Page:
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economy post coronavirus

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Since the COVID-19 outbreak began, one-third of Americans have had to pull money from savings and retirement accounts in order to pay regular bills; 25 percent of American adults have struggled to make ends meet. While those in the lower-income bracket report the majority of these challenges, one in five middle-income adults has also faced some hurdles in paying bills during this pandemic. Food banks and similar organizations have seen far more takers, too. In fact, 33 percent of Black Americans report having picked up food from a food bank during this time.

Needless to say, these are hard times – some of the hardest our country has seen in a while. It certainly has many Americans rethinking their finances. The way Americans handled financial planning before the pandemic was, rightfully so, for a pre-pandemic world. They didn’t account for a virus wiping out jobs and the economy. And they shouldn’t necessarily have planned for that because pandemics don’t come along often. But now, we have one, and because of it, many have had to make a complete shift in how they handle money. We chatted with Rianka R. Dorsainvil, Co-CEO at 2050 Wealth Partners, about some financial projections for a post-pandemic world.

Rianka Dorsainvil

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Getting serious about savings

“As uncertain and scary as this year has been, the silver lining is that people are seriously paying attention to important things like strategic planning and saving,” says Dorsainvil. This pandemic may have been a wakeup call for the nearly 70 percent of Americans who had less than $1,000 in savings, and the 45 percent who had zero savings.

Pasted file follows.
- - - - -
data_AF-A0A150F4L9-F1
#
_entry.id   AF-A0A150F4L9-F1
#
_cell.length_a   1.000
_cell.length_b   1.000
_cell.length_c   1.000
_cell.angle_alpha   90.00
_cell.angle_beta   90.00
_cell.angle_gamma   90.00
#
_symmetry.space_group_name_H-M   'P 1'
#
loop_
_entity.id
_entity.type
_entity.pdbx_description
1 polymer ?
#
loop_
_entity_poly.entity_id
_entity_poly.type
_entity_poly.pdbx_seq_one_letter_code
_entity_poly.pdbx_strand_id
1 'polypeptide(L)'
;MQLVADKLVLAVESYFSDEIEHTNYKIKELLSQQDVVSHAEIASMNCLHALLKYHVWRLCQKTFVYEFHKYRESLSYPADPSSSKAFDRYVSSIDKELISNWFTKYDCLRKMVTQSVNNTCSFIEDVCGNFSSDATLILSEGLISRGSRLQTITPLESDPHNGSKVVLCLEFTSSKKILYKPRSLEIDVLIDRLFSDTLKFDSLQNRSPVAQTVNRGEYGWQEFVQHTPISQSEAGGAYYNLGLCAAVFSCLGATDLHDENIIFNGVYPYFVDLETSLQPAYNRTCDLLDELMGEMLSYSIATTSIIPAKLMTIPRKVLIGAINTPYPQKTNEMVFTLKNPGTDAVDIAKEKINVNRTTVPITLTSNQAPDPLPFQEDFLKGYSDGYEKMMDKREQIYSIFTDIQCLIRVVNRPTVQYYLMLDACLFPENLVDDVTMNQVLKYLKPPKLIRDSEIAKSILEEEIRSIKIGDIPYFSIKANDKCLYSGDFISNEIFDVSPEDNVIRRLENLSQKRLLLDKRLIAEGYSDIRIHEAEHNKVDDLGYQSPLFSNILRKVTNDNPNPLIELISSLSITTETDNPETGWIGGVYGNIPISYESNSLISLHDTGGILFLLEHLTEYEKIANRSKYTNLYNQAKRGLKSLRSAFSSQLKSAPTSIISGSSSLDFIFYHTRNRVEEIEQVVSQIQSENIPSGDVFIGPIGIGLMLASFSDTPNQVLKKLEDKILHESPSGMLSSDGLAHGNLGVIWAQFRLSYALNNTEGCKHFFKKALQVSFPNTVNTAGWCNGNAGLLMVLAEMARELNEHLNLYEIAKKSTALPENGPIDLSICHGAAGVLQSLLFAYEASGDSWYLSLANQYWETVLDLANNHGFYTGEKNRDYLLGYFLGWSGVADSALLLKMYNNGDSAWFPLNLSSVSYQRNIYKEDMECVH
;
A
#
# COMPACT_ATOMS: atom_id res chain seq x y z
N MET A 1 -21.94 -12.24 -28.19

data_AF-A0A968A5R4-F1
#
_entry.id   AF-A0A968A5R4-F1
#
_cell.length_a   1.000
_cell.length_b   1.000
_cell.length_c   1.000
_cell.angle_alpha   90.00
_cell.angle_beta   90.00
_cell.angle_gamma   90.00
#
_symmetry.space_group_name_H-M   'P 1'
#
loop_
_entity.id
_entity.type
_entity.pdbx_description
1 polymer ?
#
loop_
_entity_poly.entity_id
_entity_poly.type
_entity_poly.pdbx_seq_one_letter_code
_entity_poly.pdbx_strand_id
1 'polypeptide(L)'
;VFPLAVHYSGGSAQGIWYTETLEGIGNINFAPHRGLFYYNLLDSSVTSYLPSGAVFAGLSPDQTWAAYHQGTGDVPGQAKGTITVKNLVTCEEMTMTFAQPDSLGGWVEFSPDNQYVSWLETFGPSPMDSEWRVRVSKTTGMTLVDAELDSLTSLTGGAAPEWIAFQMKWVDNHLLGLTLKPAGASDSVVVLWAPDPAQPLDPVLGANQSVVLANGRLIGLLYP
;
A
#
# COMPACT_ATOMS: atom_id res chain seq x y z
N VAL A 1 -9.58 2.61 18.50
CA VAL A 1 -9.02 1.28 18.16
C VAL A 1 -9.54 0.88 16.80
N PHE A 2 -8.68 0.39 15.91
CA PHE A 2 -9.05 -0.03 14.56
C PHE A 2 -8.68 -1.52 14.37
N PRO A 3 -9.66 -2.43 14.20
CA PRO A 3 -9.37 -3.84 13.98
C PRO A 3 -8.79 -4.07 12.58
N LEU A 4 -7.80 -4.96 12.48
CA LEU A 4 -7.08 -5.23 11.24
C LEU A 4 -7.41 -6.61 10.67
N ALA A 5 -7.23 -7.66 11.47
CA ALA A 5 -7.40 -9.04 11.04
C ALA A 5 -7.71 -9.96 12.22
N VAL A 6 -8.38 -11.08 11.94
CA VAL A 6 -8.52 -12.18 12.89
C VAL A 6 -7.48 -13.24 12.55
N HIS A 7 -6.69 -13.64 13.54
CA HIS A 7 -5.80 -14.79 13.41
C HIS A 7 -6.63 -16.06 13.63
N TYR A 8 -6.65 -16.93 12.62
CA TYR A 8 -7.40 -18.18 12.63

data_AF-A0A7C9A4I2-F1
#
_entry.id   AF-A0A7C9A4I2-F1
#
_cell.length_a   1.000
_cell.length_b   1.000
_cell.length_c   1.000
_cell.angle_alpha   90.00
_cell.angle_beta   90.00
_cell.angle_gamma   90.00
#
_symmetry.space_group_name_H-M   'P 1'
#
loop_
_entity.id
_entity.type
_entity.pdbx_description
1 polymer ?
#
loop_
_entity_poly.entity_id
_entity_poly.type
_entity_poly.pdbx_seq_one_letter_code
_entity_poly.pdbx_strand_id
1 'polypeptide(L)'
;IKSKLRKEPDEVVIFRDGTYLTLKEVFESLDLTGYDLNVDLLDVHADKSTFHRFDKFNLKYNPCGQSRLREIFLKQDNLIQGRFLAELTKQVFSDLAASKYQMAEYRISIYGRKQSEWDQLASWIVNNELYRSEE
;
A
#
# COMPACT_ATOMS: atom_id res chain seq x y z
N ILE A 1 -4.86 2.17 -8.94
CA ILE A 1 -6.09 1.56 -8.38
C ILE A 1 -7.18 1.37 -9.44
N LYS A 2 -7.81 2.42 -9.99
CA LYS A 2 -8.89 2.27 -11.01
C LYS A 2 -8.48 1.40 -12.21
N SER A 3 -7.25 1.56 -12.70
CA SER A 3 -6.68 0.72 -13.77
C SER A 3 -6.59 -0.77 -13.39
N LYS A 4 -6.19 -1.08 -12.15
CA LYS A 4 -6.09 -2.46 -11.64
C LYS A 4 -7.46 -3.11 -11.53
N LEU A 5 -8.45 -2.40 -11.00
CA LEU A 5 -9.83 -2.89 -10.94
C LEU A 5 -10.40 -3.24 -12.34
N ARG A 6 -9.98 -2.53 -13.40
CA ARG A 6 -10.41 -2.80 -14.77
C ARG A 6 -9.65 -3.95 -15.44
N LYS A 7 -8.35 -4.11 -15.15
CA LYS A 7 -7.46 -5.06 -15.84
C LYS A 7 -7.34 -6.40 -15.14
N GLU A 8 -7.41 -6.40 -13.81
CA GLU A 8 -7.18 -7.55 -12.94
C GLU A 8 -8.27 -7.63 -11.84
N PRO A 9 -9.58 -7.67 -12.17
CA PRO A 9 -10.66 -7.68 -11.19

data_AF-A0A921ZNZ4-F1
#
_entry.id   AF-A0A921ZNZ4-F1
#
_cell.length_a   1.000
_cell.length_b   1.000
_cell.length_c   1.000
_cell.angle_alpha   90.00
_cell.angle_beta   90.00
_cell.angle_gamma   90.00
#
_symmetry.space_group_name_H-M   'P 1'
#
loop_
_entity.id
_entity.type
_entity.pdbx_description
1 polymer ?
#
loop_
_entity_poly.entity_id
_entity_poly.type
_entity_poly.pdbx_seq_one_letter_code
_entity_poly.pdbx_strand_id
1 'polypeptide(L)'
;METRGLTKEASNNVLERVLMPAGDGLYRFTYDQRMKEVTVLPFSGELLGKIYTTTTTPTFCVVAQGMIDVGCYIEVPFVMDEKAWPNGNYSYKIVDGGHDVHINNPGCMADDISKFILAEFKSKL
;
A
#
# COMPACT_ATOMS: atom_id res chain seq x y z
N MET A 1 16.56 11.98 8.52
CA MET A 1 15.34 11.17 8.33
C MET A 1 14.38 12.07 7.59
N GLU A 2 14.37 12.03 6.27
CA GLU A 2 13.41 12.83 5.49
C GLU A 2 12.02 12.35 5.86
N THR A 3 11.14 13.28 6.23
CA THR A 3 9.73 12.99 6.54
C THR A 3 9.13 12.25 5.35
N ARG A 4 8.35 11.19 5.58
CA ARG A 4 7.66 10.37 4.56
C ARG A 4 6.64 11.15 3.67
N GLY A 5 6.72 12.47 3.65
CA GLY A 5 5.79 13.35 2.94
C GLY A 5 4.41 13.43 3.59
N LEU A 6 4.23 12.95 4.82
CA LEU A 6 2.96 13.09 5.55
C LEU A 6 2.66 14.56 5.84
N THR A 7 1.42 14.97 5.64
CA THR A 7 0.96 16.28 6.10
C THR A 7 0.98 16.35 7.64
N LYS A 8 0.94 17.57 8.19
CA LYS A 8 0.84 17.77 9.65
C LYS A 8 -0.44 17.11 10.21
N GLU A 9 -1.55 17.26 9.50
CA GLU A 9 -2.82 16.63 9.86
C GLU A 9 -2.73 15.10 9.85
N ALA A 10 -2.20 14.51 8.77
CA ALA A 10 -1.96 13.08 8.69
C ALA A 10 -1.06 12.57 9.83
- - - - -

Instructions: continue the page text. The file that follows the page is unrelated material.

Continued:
economy post coronavirus

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We are saving more for winter

Americans have started saving more money since the pandemic, either by happenstance or on purpose. There’s the reality that consumer spending has dropped tremendously due to lack of access to certain retailers, but there’s also the fact that people are intentionally spending less, even when they do have access, out of fear. The average individual savings rate has shot up to 32.2 percent since the beginning of the pandemic. For context, it was just hovering at 12.7 percent in March.

economy post coronavirus

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A look at savings by demographics

Whether or not we’re moving forward socially is certainly up for debate today, but we are moving backward financially in many ways. The median household savings for a white family is $51,400, while the average savings for a Black family is $8,600, and that figure for a Hispanic family is $16,700. Average savings grow substantially based on one’s educational level, but of course, we see a major racial gap in college admissions, too, intensifying that financial discrepancy.

economy post coronavirus

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Nobody knows when the storm will pass

“No one has a crystal ball, but with dramatic changes in virtual working and for many, losing income, the old adage of saving for a rainy day has perhaps never been more true,” says Dorsainvil. “It rained A LOT this year, and we still have more storms to endure in the months to come.